Oh.My.Goodness! This is one of the BEST hiragana-learning websites for children I have ever seen!!!

image from designwork-s.com, from the website あいうえぶ (http://aiweb.s5-style.com/)

This hiragana-learning website, Aiuebu/あいうえぶ (by S5-Style) has been designed for children ages 3 and up. The purpose of the site is to provide children with a fun and cute way to practice reading and writing their hiragana. I have to say… it sure is cute! I think it would only be better if it would pronounce each kana and word for you when you click on it. It looks like they are adding more words daily.

Check it out today!!

Japanese Fingerplays あそびうた

16 Jul

“あそびうた”, Asobi Uta, means songs that you can “play” with, meaning there are actions that go along with the words. Many Japanese children learn these songs at their preschools. My two kids really enjoy these songs and it is a great time-filler activity when they’re waiting for dinner, standing in line, etc.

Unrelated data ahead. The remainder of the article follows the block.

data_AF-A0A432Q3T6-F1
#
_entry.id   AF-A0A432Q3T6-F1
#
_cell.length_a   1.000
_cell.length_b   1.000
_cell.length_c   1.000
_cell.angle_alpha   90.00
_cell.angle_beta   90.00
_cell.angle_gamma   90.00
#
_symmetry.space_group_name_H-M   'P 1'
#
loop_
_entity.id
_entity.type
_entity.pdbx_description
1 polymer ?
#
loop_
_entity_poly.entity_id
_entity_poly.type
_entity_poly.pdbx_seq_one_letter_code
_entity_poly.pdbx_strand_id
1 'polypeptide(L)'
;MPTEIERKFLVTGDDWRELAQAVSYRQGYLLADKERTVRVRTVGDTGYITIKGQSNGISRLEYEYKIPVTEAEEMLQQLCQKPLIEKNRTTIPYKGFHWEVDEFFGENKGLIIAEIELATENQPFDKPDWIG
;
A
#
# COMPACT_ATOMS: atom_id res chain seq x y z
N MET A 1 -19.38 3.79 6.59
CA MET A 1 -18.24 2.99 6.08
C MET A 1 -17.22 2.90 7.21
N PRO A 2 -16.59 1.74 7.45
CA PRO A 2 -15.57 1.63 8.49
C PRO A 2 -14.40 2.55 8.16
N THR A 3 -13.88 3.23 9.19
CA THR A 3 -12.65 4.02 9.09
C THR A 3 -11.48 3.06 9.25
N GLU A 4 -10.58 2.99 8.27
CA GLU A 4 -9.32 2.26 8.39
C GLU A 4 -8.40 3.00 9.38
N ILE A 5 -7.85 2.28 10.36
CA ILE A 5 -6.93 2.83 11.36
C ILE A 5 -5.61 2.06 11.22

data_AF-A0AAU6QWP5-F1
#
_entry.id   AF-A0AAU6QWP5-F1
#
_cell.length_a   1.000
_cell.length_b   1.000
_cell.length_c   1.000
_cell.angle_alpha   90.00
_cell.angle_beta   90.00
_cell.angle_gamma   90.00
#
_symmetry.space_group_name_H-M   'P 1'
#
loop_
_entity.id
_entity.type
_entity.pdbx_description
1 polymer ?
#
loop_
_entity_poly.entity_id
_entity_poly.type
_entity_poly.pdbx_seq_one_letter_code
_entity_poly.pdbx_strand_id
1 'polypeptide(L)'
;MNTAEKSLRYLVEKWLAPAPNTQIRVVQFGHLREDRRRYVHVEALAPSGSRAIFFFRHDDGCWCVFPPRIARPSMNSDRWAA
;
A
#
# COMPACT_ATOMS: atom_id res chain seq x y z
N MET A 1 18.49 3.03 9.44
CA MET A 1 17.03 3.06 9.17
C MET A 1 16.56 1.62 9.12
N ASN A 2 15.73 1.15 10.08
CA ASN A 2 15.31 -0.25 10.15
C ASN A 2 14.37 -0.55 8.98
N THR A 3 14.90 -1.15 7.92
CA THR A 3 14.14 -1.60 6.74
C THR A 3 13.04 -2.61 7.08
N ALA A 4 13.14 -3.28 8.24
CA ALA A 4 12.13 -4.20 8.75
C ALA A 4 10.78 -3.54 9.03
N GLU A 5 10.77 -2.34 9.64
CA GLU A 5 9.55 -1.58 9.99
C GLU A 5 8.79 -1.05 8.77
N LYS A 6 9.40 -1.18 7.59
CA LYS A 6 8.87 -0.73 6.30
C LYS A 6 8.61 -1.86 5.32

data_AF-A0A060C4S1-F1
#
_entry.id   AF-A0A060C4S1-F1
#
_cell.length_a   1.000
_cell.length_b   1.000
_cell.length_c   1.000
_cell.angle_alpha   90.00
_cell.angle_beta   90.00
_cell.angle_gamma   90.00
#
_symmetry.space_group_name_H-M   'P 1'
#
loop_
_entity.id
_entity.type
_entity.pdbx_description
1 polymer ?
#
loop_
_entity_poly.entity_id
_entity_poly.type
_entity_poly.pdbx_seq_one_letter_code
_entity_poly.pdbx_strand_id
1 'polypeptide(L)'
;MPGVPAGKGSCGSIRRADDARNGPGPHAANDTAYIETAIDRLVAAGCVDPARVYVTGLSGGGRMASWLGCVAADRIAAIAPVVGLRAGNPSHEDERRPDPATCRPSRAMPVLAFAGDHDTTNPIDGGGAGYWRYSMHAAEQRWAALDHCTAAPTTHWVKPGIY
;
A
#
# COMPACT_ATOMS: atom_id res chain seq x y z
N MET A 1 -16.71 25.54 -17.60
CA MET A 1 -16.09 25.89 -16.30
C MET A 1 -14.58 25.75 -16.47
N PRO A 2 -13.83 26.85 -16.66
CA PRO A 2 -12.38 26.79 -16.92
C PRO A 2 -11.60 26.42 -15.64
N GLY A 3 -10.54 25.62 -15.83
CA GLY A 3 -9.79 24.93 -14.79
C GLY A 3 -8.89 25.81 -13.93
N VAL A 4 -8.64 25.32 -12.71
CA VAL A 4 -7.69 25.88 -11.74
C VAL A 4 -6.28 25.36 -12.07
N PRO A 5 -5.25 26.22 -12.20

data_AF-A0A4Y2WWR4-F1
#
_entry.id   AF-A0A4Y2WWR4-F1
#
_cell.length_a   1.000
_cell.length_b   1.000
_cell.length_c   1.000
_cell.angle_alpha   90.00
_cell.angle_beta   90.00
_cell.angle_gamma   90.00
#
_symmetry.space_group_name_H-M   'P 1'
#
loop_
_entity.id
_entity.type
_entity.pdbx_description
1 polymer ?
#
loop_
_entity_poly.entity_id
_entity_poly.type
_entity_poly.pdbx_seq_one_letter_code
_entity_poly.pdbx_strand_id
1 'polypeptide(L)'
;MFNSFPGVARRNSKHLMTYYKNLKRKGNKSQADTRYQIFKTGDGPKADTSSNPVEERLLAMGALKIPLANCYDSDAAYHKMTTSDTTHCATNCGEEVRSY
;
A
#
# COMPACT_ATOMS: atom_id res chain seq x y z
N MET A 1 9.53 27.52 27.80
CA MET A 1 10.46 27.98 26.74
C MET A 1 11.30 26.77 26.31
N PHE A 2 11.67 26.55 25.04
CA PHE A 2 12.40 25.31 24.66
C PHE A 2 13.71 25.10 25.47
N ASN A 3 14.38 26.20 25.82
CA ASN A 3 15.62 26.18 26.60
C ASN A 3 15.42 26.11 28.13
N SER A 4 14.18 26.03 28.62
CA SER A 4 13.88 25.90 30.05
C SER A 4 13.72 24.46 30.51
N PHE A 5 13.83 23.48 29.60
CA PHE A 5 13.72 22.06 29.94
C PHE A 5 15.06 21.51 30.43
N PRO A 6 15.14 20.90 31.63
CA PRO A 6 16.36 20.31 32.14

A company called HiHiRecords has made some wonderful Asobi-uta videos. If you don’t already know these songs, I encourage you to learn them with your children!

Click HERE for more asobi uta/ teasobi (てあそび) videos! I’ve posted about Teasobi in a previous post too, HERE.

Japanese Children’s Songs Karaoke

11 Jul

I just discovered two fun YouTube channels (users takanonGB and takanonDC) full of Japanese children’s songs (どうよう)… perfect for karaoke! Each song has the lyrics in hiragana/katakana. These videos are perfect for my preschooler who is just starting to be able to read words in hiragana. My children and I have been singing along all morning. Here are some of our favorites:

Jungle Pocket ジャングルポッケット:

Bun Bun Bun Hachi Ga Tobu ブンブンブンはちがとぶ:

Do Re Mi no Uta ドレミのうた:

Lots more Japanese videos scheduled to be posted soon, so check back every day this week for something fun and educational to watch with your kids. I also have a lot of other fun things to post about… answering questions from readers, more from our trip to Japan, summer holidays, etc! I just hope I will have time to write about it all :)

Kodomo Challenge Video

9 Jul

Here’s another great Kodomo Challenge video starring Shimajiro :) This episode has Japanese greetings, food, colors, vehicles, songs, and more. Enjoy!

Click on the “YouTube Videos” category under “Topics” to see more Japanese children’s videos.

Things To Do in Japan With Kids: Anpanman Museum